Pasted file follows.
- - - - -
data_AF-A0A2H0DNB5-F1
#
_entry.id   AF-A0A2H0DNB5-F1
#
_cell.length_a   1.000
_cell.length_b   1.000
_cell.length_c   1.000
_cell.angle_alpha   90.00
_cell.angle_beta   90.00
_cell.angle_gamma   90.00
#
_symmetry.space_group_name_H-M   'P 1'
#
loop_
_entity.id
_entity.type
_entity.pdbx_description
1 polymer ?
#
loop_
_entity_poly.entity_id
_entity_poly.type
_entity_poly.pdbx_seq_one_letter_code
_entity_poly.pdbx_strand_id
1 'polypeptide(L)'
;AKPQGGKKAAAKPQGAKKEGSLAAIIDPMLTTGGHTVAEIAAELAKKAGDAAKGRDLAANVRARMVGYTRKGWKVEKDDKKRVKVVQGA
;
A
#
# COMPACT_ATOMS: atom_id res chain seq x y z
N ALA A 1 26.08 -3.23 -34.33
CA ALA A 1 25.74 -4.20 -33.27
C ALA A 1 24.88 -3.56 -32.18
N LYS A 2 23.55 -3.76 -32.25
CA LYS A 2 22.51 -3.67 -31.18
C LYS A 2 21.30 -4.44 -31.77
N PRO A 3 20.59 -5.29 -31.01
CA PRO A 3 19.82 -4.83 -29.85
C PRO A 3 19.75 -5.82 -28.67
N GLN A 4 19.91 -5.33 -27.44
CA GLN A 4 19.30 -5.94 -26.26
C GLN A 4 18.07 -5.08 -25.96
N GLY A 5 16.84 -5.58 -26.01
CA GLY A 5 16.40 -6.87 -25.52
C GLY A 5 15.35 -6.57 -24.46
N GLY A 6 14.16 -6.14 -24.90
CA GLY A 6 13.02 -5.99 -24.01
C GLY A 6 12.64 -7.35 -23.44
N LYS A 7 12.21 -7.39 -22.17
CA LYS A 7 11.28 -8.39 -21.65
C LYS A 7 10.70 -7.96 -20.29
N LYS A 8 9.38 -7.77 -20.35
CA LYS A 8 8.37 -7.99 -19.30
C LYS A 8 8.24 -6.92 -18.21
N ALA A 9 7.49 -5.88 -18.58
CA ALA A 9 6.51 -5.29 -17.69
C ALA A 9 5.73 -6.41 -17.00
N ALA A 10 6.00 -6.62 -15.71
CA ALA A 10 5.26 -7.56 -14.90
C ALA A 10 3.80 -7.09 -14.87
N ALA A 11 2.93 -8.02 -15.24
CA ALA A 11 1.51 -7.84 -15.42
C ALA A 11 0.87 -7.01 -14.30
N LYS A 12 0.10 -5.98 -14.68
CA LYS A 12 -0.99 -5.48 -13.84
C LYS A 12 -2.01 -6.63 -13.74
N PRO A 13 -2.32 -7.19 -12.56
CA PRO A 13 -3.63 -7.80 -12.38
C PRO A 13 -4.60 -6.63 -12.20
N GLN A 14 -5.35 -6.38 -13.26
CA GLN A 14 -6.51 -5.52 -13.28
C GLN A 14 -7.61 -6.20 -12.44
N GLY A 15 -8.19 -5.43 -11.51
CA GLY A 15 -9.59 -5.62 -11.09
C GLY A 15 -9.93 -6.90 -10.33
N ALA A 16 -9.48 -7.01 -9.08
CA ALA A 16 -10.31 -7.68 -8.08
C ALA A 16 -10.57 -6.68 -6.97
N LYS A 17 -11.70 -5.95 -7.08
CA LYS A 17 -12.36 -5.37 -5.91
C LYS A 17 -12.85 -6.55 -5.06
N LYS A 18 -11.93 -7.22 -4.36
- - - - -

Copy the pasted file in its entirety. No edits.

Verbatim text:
data_AF-A0A2H0DNB5-F1
#
_entry.id   AF-A0A2H0DNB5-F1
#
_cell.length_a   1.000
_cell.length_b   1.000
_cell.length_c   1.000
_cell.angle_alpha   90.00
_cell.angle_beta   90.00
_cell.angle_gamma   90.00
#
_symmetry.space_group_name_H-M   'P 1'
#
loop_
_entity.id
_entity.type
_entity.pdbx_description
1 polymer ?
#
loop_
_entity_poly.entity_id
_entity_poly.type
_entity_poly.pdbx_seq_one_letter_code
_entity_poly.pdbx_strand_id
1 'polypeptide(L)'
;AKPQGGKKAAAKPQGAKKEGSLAAIIDPMLTTGGHTVAEIAAELAKKAGDAAKGRDLAANVRARMVGYTRKGWKVEKDDKKRVKVVQGA
;
A
#
# COMPACT_ATOMS: atom_id res chain seq x y z
N ALA A 1 26.08 -3.23 -34.33
CA ALA A 1 25.74 -4.20 -33.27
C ALA A 1 24.88 -3.56 -32.18
N LYS A 2 23.55 -3.76 -32.25
CA LYS A 2 22.51 -3.67 -31.18
C LYS A 2 21.30 -4.44 -31.77
N PRO A 3 20.59 -5.29 -31.01
CA PRO A 3 19.82 -4.83 -29.85
C PRO A 3 19.75 -5.82 -28.67
N GLN A 4 19.91 -5.33 -27.44
CA GLN A 4 19.30 -5.94 -26.26
C GLN A 4 18.07 -5.08 -25.96
N GLY A 5 16.84 -5.58 -26.01
CA GLY A 5 16.40 -6.87 -25.52
C GLY A 5 15.35 -6.57 -24.46
N GLY A 6 14.16 -6.14 -24.90
CA GLY A 6 13.02 -5.99 -24.01
C GLY A 6 12.64 -7.35 -23.44
N LYS A 7 12.21 -7.39 -22.17
CA LYS A 7 11.28 -8.39 -21.65
C LYS A 7 10.70 -7.96 -20.29
N LYS A 8 9.38 -7.77 -20.35
CA LYS A 8 8.37 -7.99 -19.30
C LYS A 8 8.24 -6.92 -18.21
N ALA A 9 7.49 -5.88 -18.58
CA ALA A 9 6.51 -5.29 -17.69
C ALA A 9 5.73 -6.41 -17.00
N ALA A 10 6.00 -6.62 -15.71
CA ALA A 10 5.26 -7.56 -14.90
C ALA A 10 3.80 -7.09 -14.87
N ALA A 11 2.93 -8.02 -15.24
CA ALA A 11 1.51 -7.84 -15.42
C ALA A 11 0.87 -7.01 -14.30
N LYS A 12 0.10 -5.98 -14.68
CA LYS A 12 -0.99 -5.48 -13.84
C LYS A 12 -2.01 -6.63 -13.74
N PRO A 13 -2.32 -7.19 -12.56
CA PRO A 13 -3.63 -7.80 -12.38
C PRO A 13 -4.60 -6.63 -12.20
N GLN A 14 -5.35 -6.38 -13.26
CA GLN A 14 -6.51 -5.52 -13.28
C GLN A 14 -7.61 -6.20 -12.44
N GLY A 15 -8.19 -5.43 -11.51
CA GLY A 15 -9.59 -5.62 -11.09
C GLY A 15 -9.93 -6.90 -10.33
N ALA A 16 -9.48 -7.01 -9.08
CA ALA A 16 -10.31 -7.68 -8.08
C ALA A 16 -10.57 -6.68 -6.97
N LYS A 17 -11.70 -5.95 -7.08
CA LYS A 17 -12.36 -5.37 -5.91
C LYS A 17 -12.85 -6.55 -5.06
N LYS A 18 -11.93 -7.22 -4.36